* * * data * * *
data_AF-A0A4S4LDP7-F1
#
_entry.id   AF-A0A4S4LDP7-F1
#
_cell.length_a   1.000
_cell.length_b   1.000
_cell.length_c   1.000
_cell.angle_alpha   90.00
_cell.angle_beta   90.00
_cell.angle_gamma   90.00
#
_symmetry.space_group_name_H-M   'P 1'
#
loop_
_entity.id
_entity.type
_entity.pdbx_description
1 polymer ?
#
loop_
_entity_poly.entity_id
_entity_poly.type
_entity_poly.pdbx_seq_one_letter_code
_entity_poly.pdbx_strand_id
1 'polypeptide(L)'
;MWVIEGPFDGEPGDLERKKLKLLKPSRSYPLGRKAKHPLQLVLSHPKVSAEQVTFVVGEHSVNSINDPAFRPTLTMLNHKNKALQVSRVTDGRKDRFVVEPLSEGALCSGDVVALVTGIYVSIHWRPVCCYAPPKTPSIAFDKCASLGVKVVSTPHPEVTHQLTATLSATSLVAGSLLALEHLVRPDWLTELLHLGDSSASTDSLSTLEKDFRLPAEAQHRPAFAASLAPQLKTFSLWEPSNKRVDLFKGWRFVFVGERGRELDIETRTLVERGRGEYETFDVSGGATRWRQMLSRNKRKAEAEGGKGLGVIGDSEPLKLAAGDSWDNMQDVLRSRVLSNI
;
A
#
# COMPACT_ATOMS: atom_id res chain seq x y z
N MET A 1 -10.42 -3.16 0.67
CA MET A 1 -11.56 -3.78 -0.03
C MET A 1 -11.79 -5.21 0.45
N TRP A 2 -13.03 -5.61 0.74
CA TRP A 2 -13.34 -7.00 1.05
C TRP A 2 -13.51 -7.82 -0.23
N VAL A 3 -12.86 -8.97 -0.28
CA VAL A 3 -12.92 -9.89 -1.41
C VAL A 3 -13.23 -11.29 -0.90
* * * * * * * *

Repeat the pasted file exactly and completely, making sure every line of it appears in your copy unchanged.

data_AF-A0A4S4LDP7-F1
#
_entry.id   AF-A0A4S4LDP7-F1
#
_cell.length_a   1.000
_cell.length_b   1.000
_cell.length_c   1.000
_cell.angle_alpha   90.00
_cell.angle_beta   90.00
_cell.angle_gamma   90.00
#
_symmetry.space_group_name_H-M   'P 1'
#
loop_
_entity.id
_entity.type
_entity.pdbx_description
1 polymer ?
#
loop_
_entity_poly.entity_id
_entity_poly.type
_entity_poly.pdbx_seq_one_letter_code
_entity_poly.pdbx_strand_id
1 'polypeptide(L)'
;MWVIEGPFDGEPGDLERKKLKLLKPSRSYPLGRKAKHPLQLVLSHPKVSAEQVTFVVGEHSVNSINDPAFRPTLTMLNHKNKALQVSRVTDGRKDRFVVEPLSEGALCSGDVVALVTGIYVSIHWRPVCCYAPPKTPSIAFDKCASLGVKVVSTPHPEVTHQLTATLSATSLVAGSLLALEHLVRPDWLTELLHLGDSSASTDSLSTLEKDFRLPAEAQHRPAFAASLAPQLKTFSLWEPSNKRVDLFKGWRFVFVGERGRELDIETRTLVERGRGEYETFDVSGGATRWRQMLSRNKRKAEAEGGKGLGVIGDSEPLKLAAGDSWDNMQDVLRSRVLSNI
;
A
#
# COMPACT_ATOMS: atom_id res chain seq x y z
N MET A 1 -10.42 -3.16 0.67
CA MET A 1 -11.56 -3.78 -0.03
C MET A 1 -11.79 -5.21 0.45
N TRP A 2 -13.03 -5.61 0.74
CA TRP A 2 -13.34 -7.00 1.05
C TRP A 2 -13.51 -7.82 -0.23
N VAL A 3 -12.86 -8.97 -0.28
CA VAL A 3 -12.92 -9.89 -1.41
C VAL A 3 -13.23 -11.29 -0.90